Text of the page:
Make It Pop: How Node.js Makes Dynamic Content
Updated on March 20, 2023 | by Manpreet Kaur Sandhu
The Internet was created for interactions, and the faster they are, the better the user experience. This is the factor that distinguishes popular e-services from those hardly known. Let’s consider that people rarely grant others the time and patience needed for a serious conversation, so how could anybody sit through a minute-long response for a simple mouse click as though it is a serious philosophical question?
Open Source Has Always Been the Future
Node.js is open-source software, a notion that may not bring too much excitement to a website’s end-user. However, open-source backend software is the same concept as free software for the end user. In short, it’s an industry disruptor. We don’t need to search for examples of successful free services for long: Google gives search results for free, as well as its office suite, which has even caused Microsoft to create a free version of its own office suite; YouTube lets people watch videos for free; and OpenAI is currently providing ChatGPT for free.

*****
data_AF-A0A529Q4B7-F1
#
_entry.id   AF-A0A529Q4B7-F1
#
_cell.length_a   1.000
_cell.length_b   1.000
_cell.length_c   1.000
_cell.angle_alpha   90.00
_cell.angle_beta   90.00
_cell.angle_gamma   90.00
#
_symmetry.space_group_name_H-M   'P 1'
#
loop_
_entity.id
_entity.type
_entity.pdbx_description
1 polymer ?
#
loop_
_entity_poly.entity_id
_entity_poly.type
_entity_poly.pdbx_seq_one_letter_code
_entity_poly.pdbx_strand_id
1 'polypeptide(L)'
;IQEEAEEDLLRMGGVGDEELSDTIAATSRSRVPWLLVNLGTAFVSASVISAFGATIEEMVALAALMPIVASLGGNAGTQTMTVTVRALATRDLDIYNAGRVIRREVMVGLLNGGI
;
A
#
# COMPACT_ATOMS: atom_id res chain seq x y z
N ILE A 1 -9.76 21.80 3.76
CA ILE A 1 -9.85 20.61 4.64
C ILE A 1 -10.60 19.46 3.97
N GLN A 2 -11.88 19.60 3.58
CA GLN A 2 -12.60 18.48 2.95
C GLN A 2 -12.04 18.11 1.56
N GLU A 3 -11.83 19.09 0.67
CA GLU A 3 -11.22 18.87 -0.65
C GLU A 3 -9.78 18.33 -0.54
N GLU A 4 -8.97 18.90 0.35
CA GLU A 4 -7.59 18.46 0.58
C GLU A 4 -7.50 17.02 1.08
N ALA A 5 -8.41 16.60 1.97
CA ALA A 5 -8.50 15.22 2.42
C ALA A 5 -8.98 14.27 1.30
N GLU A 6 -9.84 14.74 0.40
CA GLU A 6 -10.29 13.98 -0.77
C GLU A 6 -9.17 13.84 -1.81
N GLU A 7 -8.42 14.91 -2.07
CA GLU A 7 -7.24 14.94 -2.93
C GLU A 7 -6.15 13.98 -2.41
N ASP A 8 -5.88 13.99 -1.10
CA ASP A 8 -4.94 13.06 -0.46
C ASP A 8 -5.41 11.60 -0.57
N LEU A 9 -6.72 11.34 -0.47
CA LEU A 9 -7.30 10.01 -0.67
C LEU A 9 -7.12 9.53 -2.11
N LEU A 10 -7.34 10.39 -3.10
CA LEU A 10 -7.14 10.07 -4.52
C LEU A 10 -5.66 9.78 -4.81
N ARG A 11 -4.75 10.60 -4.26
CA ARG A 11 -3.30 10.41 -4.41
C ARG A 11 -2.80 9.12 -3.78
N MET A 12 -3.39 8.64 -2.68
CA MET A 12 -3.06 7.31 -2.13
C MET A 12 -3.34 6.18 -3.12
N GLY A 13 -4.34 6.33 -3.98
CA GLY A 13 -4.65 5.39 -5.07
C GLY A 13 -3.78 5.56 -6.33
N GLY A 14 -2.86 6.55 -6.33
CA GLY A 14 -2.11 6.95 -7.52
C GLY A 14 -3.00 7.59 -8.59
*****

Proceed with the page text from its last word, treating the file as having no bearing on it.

It may be argued that node js in 2023 is among the top technologies that power the web today. A straightforward description of it as an open-source, scalable technology enabling interactive web experience shows how deeply rooted it is in our everyday Internet use.
Node.js Makes Servers Serve You
Any successful digital technology needs to be scalable, and it’s the name of the game. The popularity of Node.js is based on its ability to free server resources efficiently during heavy server loads. The key is the way it allows servers to process many requests at once. To illustrate it, this is how interactive content is created with Node.js:
- When a user visits a website, the browser sends a request to the server.
- The server sends sufficient information to the browser to render a webpage quickly.
- The browser sends additional requests to the server when the user interacts with the content.
- On the server side, Node.js allows the hardware to serve many users at the same time by “turning off” processes that serve those users that have received their previous requests already but didn’t ask for any new ones. It’s called asynchronous event-driven runtime.
How Can People Interact without Interactive Content?